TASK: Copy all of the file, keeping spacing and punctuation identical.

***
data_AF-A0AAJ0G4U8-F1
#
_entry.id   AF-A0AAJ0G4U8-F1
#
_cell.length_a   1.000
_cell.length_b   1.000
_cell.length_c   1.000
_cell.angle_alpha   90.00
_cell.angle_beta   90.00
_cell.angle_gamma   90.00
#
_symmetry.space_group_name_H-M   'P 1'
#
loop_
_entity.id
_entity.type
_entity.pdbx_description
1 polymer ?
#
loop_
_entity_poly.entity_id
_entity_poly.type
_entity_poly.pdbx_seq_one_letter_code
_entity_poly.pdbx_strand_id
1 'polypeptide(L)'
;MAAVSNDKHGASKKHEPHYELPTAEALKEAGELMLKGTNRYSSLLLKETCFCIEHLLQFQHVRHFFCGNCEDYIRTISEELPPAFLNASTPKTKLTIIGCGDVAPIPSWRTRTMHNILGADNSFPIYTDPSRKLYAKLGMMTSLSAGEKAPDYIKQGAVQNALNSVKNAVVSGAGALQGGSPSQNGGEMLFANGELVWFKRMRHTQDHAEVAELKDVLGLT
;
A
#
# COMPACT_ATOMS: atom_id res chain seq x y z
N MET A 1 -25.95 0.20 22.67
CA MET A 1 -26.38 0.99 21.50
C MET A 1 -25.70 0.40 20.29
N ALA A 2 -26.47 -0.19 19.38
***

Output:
data_AF-A0AAJ0G4U8-F1
#
_entry.id   AF-A0AAJ0G4U8-F1
#
_cell.length_a   1.000
_cell.length_b   1.000
_cell.length_c   1.000
_cell.angle_alpha   90.00
_cell.angle_beta   90.00
_cell.angle_gamma   90.00
#
_symmetry.space_group_name_H-M   'P 1'
#
loop_
_entity.id
_entity.type
_entity.pdbx_description
1 polymer ?
#
loop_
_entity_poly.entity_id
_entity_poly.type
_entity_poly.pdbx_seq_one_letter_code
_entity_poly.pdbx_strand_id
1 'polypeptide(L)'
;MAAVSNDKHGASKKHEPHYELPTAEALKEAGELMLKGTNRYSSLLLKETCFCIEHLLQFQHVRHFFCGNCEDYIRTISEELPPAFLNASTPKTKLTIIGCGDVAPIPSWRTRTMHNILGADNSFPIYTDPSRKLYAKLGMMTSLSAGEKAPDYIKQGAVQNALNSVKNAVVSGAGALQGGSPSQNGGEMLFANGELVWFKRMRHTQDHAEVAELKDVLGLT
;
A
#
# COMPACT_ATOMS: atom_id res chain seq x y z
N MET A 1 -25.95 0.20 22.67
CA MET A 1 -26.38 0.99 21.50
C MET A 1 -25.70 0.40 20.29
N ALA A 2 -26.47 -0.19 19.38